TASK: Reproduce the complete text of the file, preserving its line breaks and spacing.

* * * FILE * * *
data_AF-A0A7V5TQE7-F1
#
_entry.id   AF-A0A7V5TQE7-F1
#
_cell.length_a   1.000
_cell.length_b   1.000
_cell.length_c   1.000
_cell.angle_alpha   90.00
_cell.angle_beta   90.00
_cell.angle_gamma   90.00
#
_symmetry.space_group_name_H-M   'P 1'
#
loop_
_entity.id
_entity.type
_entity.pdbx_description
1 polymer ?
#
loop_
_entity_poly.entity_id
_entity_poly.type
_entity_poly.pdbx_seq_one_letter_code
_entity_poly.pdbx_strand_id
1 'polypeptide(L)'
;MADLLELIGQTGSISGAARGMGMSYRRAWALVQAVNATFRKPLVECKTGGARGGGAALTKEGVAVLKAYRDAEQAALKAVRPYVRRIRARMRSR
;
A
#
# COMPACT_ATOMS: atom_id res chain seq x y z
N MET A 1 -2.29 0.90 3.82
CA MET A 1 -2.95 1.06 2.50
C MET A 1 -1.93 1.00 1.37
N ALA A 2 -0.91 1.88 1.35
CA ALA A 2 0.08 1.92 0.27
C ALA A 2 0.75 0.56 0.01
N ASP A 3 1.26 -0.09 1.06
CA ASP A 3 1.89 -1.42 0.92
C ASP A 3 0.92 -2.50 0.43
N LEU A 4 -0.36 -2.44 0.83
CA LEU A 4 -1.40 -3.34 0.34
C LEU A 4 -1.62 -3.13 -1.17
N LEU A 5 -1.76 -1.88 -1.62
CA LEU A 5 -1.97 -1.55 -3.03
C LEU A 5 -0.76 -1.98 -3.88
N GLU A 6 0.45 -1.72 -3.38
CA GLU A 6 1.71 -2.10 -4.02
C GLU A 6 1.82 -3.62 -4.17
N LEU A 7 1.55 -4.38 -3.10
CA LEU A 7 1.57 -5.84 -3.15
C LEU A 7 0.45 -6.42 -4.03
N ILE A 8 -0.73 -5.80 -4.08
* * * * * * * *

data_AF-A0A7V5TQE7-F1
#
_entry.id   AF-A0A7V5TQE7-F1
#
_cell.length_a   1.000
_cell.length_b   1.000
_cell.length_c   1.000
_cell.angle_alpha   90.00
_cell.angle_beta   90.00
_cell.angle_gamma   90.00
#
_symmetry.space_group_name_H-M   'P 1'
#
loop_
_entity.id
_entity.type
_entity.pdbx_description
1 polymer ?
#
loop_
_entity_poly.entity_id
_entity_poly.type
_entity_poly.pdbx_seq_one_letter_code
_entity_poly.pdbx_strand_id
1 'polypeptide(L)'
;MADLLELIGQTGSISGAARGMGMSYRRAWALVQAVNATFRKPLVECKTGGARGGGAALTKEGVAVLKAYRDAEQAALKAVRPYVRRIRARMRSR
;
A
#
# COMPACT_ATOMS: atom_id res chain seq x y z
N MET A 1 -2.29 0.90 3.82
CA MET A 1 -2.95 1.06 2.50
C MET A 1 -1.93 1.00 1.37
N ALA A 2 -0.91 1.88 1.35
CA ALA A 2 0.08 1.92 0.27
C ALA A 2 0.75 0.56 0.01
N ASP A 3 1.26 -0.09 1.06
CA ASP A 3 1.89 -1.42 0.92
C ASP A 3 0.92 -2.50 0.43
N LEU A 4 -0.36 -2.44 0.83
CA LEU A 4 -1.40 -3.34 0.34
C LEU A 4 -1.62 -3.13 -1.17
N LEU A 5 -1.76 -1.88 -1.62
CA LEU A 5 -1.97 -1.55 -3.03
C LEU A 5 -0.76 -1.98 -3.88
N GLU A 6 0.45 -1.72 -3.38
CA GLU A 6 1.71 -2.10 -4.02
C GLU A 6 1.82 -3.62 -4.17
N LEU A 7 1.55 -4.38 -3.10
CA LEU A 7 1.57 -5.84 -3.15
C LEU A 7 0.45 -6.42 -4.03
N ILE A 8 -0.73 -5.80 -4.08